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Serenity: No Power in the 'Verse by Chris…
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Some of the other Serenity comics have been a bit simplistic, but this one was tight. It had politics, grey characters and good writing. The characters have moved on since the events of the movie (and a few earlier comics). They've settled in some ways. Mal and his crew try to help Iris (a River-like 'experiment') to rescue her friend Bea, who has gone missing. This embroils them with a local terrorist group and unwanted offworld interest. My only criticism of this one was that sometimes the artwork of the faces was unclear and I got confused about who was talking. (Kaylee? Inara? River? It wasn't always clear). But otherwise one of my favourites of the post-Serenity comics I've read. ( )
  questbird | Jun 11, 2019 |
Well, this is about as bland and inconsequential as licensed, work-for-hire storytelling gets. The artist almost captures the likenesses and the writer sort of knows the spirit of the characters, so if you just need a whiff of a Firefly fix, this'll hold you over until something better comes along.

Or you could just watch the show again... ( )
  villemezbrown | Mar 30, 2019 |
Chris Roberson’s Serenity: No Power in the ’Verse features art by Georges Jeanty and takes place following the events of the previous Serenity story, Leaves on the Wind. Following the events of the film, Serenity, and the scandal resulting from the crew’s broadcast about the events on Miranda, the Alliance plans an extensive crackdown on the outer rim in order to prevent further flare-ups of resistance. Meanwhile, a group calling themselves the Peacemakers begins installing operatives at key points throughout the system in order to cripple the Alliance. Mal and the crew of the Serenity find themselves drawn into the middle of the conflict when they go to assist one of Inara’s friends.

As the Serenity’s crew scope out the town, a group called the disciples kidnap River Tam and, using a code word, activate her training in order to recover an asset aboard Serenity. Tensions between Jayne and Zoe erupt over baby Emma’s safety. When River attacks the ship against her will, Zoe also feels she cannot trust River to care for the baby, leaving River feeling cut off from her adopted family. Simon and Kaylee have their own conflicts based on social class and, with a brewing conflict between Mal and Inara over Inara’s accidental role in one of the Alliance’s massacres in the war, the Serenity is a less-than-happy place. As a fun Easter Egg, artist Georges Jeanty depicts Tom Baker’s Fourth Doctor in a crowd scene (pg. 69).

Included in this volume is the one-shot story “The Warrior and the Wind,” also by Chris Roberson with art by Stephen Byrne. The story focuses on River telling Emma a fairy-tale like story about how her parents, Zoe and Wash, met and joined the crew of the Serenity. Though not part of the longer story, it’s a cute tale and Byrne’s art is perfect for the tone.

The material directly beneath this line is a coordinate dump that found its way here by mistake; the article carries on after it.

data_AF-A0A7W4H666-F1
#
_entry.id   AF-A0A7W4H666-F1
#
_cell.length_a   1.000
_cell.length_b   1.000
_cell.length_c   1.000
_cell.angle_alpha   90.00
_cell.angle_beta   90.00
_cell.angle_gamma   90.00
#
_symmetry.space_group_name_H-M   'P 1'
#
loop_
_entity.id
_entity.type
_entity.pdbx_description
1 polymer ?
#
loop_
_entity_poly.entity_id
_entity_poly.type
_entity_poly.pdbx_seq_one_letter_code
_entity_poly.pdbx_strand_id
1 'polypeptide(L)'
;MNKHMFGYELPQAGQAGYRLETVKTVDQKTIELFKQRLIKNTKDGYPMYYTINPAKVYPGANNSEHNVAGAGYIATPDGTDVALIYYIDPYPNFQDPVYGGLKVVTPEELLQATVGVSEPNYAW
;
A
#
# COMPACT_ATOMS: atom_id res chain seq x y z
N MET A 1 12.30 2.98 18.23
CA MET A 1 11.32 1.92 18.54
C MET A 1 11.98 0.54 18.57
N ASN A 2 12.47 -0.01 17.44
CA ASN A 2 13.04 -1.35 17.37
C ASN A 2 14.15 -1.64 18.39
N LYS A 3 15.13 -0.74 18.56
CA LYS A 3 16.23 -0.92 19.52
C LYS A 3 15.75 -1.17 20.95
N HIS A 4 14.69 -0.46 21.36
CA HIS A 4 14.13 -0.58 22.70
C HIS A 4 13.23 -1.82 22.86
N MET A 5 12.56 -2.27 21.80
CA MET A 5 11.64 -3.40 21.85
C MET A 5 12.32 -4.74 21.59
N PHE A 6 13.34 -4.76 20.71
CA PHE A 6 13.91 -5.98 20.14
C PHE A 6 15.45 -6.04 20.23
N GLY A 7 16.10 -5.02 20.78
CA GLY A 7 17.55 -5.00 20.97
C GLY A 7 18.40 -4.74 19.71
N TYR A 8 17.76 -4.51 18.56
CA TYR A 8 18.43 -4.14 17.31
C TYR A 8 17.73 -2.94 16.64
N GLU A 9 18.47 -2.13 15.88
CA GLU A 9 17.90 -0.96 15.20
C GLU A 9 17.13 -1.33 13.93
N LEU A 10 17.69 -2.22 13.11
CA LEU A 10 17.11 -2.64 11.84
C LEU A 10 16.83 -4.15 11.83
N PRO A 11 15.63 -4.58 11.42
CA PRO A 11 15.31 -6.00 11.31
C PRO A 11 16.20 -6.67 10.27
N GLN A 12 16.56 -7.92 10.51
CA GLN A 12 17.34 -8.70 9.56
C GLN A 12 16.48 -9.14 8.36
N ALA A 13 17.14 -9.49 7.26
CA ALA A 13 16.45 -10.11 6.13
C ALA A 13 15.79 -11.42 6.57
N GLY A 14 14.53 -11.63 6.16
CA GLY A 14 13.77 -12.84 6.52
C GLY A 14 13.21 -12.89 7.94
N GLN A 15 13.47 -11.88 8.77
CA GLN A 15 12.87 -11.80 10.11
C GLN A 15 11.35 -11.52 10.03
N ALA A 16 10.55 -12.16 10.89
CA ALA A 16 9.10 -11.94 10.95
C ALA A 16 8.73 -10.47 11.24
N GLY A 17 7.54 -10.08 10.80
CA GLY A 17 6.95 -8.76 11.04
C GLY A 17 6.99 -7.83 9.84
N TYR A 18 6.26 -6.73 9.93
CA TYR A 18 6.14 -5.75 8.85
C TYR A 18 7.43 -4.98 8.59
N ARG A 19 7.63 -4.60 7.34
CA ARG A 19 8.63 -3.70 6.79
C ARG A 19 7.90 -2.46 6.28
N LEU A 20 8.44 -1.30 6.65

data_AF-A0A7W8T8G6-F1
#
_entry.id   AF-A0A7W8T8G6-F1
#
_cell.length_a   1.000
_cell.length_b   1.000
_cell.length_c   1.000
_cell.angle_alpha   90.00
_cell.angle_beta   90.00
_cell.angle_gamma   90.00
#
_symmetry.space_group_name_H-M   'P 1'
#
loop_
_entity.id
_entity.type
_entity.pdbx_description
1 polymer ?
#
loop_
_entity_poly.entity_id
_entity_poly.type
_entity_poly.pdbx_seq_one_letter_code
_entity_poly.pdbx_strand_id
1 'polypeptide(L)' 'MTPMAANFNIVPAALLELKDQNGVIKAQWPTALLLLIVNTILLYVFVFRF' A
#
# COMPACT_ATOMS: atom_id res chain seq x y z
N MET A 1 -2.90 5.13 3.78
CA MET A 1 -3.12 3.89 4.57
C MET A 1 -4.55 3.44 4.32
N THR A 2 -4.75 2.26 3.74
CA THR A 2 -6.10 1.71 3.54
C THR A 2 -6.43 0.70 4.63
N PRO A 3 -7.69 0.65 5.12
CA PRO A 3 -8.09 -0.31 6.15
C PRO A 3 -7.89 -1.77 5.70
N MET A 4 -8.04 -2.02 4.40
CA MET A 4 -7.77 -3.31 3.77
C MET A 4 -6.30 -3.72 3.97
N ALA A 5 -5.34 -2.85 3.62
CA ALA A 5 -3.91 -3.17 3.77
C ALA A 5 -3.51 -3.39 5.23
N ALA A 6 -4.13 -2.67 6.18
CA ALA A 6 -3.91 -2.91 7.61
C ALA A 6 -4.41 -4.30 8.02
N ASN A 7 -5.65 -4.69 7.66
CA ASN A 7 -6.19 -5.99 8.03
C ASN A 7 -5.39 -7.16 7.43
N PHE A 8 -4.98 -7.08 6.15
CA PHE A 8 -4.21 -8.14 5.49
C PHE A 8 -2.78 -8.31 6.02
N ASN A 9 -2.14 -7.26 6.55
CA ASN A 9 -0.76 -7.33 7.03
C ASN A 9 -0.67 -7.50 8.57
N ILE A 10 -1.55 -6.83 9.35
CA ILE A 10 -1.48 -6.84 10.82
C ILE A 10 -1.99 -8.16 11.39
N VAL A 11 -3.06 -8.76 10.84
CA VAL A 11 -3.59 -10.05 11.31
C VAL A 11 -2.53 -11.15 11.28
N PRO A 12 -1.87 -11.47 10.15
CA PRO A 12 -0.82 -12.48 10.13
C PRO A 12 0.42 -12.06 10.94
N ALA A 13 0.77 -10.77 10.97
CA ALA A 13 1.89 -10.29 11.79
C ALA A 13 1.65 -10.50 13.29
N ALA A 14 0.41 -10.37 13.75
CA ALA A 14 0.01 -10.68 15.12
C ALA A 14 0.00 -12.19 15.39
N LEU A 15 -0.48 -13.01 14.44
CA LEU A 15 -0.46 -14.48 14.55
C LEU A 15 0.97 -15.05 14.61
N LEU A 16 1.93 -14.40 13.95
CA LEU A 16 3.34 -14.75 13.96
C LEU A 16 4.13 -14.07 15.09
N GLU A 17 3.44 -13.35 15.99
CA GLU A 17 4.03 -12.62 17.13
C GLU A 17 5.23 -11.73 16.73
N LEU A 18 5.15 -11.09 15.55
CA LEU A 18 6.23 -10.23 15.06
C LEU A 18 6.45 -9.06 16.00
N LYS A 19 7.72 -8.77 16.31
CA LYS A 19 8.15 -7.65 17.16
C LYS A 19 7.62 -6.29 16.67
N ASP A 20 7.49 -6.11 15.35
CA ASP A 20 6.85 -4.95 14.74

This book primarily serves to set up a forthcoming conflict between the Peacemakers, the Serenity crew, and the Alliance, though there may never be resolution to that story thread. Boom! Studios announced in 2018 that they had acquired the comic book and graphic novel rights to Firefly. Their first planned story goes back to the Unification War before the events of the television series, so it may be awhile before they turn to events after the film. Boom! does, however, recognize the official sequel status of this story, so they may continue it at some point. ( )
  DarthDeverell | Oct 21, 2018 |
Roberson doesn't have the effortless-seeming capture of the character voices Zack Whedon provided in the previous volume, but he manages passably, and the plot continues in an organic and interesting way. I still have issues with the all-too-quick recuperation of Iris, and Kalista somehow seems to have less personality the more page time she gets, but overall, this is a solid entry, and I hope they continue it further. And the Disney-esque side story illustrated by Stephen Byrne at the end is adorable and cosy, and for character arc purposes should really be read before the main story (where it is also set). ( )
  LokiAesir | Feb 17, 2018 |
I just love Serenity (Firefly)! The characters are just so intense and real. Reading this felt like watching an episode. A great volume with lots of action and tons of character development. While it has a great story that keeps you reading (I couldn't put it down), the issues between the characters themselves were fantastic. A lot of emotional area was covered. Recommended to fans of the show. ( )
  ElizaJane | Aug 9, 2017 |
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Author nameRoleType of authorWork?Status
Roberson, Chrisprimary authorall editionsconfirmed
Jeanty, GeorgesIllustratormain authorall editionsconfirmed
Whedon, Josssecondary authorall editionsconfirmed
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Somewhere in the 'verse.
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(Click to show. Warning: May contain spoilers.)
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"When a call for help to find a missing friend takes the crew to an Alliance post in the Outer Rim, they encounter a new force building strength to fight the battle of the Browncoats in a somewhat controversial fashion. Putting their grievances aside, they embark on a rescue mission."--

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